Category Archives: second temple

On the Way to the Wedding

I’m back online and ready to write a few more entries. Many updates to fill you in on. This is my first time commemorating Tisha B’Av (which started tonight) in Jerusalem. Almost everything here is closed tomorrow, and there is no Ulpan. The day takes on an altogether new meaning when you’re in the same city where the two Temples were destroyed (to say the least!). Fewer secular Israelis, on the other hand, commemorate the holiday. Here’s a poll that talks more about that. 

Tomorrow I will be going to Pardes’ day of learning. Topics of lectures include “When G-d is Unjust” “Why Was the Land Destroyed” “Why Learn Job” “Kinot with Explanations” and “Torah Yoga.” I’ll let you know which ones I end up attending. And then I have to study Hebrew like mad, since I was just bumped up to level 3 and have lots more work than before. (More about that soon). Can someone give me an explanation about “smichot” in Hebrew grammar?

Here’s more about our trip to last week’s wedding:

Eric and I made our way to the Binyamina train station on Thursday afternoon where good ol’ Etamar was waiting to pick us up. We first took a cab to the train station at Beit Shemesh, a city outside of Jerusalem. The driver decided to take the quicker ‘back way,’ which entailed our going through a section of the West Bank. It was a brief but memorable excursion. It is a hauntingly beautiful landscape–rolling hills dotted with green bushes and stone walls and barriers and fences.  Continue reading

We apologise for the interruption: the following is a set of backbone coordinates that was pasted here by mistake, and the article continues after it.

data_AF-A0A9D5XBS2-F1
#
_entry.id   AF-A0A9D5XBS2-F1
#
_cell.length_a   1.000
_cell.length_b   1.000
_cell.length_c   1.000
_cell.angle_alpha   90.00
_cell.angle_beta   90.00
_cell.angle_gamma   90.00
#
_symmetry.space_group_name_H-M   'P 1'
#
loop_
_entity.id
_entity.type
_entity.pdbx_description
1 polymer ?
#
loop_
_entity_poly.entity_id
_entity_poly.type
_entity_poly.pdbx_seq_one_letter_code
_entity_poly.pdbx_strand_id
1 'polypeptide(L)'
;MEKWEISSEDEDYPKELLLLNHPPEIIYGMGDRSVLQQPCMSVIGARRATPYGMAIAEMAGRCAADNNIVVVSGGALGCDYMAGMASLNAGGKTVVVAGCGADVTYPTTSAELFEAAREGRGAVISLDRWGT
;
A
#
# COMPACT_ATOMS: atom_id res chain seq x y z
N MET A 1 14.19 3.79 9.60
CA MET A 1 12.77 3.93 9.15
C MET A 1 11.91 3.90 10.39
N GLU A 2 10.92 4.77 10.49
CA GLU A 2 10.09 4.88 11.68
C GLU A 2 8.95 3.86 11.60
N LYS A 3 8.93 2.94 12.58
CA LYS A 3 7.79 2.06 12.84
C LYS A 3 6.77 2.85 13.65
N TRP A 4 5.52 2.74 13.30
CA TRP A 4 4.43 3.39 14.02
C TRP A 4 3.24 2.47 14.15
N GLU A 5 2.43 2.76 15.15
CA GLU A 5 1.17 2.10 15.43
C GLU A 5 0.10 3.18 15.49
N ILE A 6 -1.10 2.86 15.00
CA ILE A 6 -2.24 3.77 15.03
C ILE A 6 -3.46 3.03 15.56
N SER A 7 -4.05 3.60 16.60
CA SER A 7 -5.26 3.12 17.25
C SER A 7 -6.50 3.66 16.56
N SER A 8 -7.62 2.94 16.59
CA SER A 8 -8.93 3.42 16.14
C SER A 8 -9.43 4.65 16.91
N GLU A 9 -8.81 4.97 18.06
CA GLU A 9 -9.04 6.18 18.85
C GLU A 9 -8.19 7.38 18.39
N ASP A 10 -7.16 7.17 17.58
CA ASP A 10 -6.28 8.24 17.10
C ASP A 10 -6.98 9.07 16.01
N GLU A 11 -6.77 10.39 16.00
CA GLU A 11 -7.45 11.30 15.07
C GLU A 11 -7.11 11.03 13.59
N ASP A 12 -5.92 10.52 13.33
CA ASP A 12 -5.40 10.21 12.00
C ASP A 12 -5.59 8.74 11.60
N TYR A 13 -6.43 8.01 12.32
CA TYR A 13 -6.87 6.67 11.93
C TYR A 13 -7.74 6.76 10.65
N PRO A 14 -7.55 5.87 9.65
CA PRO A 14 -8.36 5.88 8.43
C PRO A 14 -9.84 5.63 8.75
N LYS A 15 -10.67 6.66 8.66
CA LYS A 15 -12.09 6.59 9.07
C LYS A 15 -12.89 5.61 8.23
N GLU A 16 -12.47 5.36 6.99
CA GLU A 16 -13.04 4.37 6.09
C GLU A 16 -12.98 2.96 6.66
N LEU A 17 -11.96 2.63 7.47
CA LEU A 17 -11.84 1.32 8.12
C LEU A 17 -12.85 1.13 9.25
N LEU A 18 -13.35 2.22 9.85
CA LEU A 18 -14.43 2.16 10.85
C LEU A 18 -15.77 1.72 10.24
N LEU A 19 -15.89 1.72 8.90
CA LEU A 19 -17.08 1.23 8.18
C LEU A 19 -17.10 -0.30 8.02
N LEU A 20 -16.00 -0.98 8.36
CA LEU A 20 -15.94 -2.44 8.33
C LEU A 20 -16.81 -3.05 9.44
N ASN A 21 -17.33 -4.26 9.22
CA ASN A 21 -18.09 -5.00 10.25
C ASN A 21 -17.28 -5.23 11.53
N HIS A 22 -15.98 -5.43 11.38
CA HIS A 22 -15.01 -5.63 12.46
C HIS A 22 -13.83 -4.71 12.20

Israel Museum and Other Sites

Before we started Ulpan classes and before we had any homework we decided to visit the Israel Museum, which is located near the Knesset. From our place in Katamon it’s about a 30 minute walk with part of it uphill.

I would say that no other museum has such a mix of the sacred and profane, ancient and modern under one roof as the Israel museum. In the same day I saw an excellent exhibit on Dadaism and Surrealism (where Duchamp’s infamous Fountain was on display) and the Dead Sea Scrolls and Aleppo Codex. That’s Israel for you. Who the heck knows what type of archaelogical treasures are buried beneath our modern apartment.  Continue reading